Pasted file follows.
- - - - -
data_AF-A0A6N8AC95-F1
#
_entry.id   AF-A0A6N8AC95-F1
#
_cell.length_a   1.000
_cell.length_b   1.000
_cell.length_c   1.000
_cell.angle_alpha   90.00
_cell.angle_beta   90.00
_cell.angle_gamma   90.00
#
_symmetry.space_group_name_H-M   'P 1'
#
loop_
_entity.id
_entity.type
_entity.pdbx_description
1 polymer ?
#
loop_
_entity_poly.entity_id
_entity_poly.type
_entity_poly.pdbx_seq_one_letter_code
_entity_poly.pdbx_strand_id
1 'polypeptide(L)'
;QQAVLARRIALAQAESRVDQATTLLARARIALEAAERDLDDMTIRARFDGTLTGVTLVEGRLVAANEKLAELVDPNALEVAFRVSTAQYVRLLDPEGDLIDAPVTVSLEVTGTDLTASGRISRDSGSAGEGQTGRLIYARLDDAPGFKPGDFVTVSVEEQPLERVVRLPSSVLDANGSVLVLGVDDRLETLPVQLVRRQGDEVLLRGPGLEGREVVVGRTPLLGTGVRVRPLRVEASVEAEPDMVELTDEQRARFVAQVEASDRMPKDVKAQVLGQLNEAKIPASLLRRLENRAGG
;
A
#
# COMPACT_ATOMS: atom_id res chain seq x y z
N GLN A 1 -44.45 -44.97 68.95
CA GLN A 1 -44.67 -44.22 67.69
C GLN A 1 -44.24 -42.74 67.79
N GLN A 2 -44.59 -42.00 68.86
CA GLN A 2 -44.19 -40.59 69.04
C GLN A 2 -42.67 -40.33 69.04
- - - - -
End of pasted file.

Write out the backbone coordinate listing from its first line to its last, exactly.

data_AF-A0A6N8AC95-F1
#
_entry.id   AF-A0A6N8AC95-F1
#
_cell.length_a   1.000
_cell.length_b   1.000
_cell.length_c   1.000
_cell.angle_alpha   90.00
_cell.angle_beta   90.00
_cell.angle_gamma   90.00
#
_symmetry.space_group_name_H-M   'P 1'
#
loop_
_entity.id
_entity.type
_entity.pdbx_description
1 polymer ?
#
loop_
_entity_poly.entity_id
_entity_poly.type
_entity_poly.pdbx_seq_one_letter_code
_entity_poly.pdbx_strand_id
1 'polypeptide(L)'
;QQAVLARRIALAQAESRVDQATTLLARARIALEAAERDLDDMTIRARFDGTLTGVTLVEGRLVAANEKLAELVDPNALEVAFRVSTAQYVRLLDPEGDLIDAPVTVSLEVTGTDLTASGRISRDSGSAGEGQTGRLIYARLDDAPGFKPGDFVTVSVEEQPLERVVRLPSSVLDANGSVLVLGVDDRLETLPVQLVRRQGDEVLLRGPGLEGREVVVGRTPLLGTGVRVRPLRVEASVEAEPDMVELTDEQRARFVAQVEASDRMPKDVKAQVLGQLNEAKIPASLLRRLENRAGG
;
A
#
# COMPACT_ATOMS: atom_id res chain seq x y z
N GLN A 1 -44.45 -44.97 68.95
CA GLN A 1 -44.67 -44.22 67.69
C GLN A 1 -44.24 -42.74 67.79
N GLN A 2 -44.59 -42.00 68.86
CA GLN A 2 -44.19 -40.59 69.04
C GLN A 2 -42.67 -40.33 69.04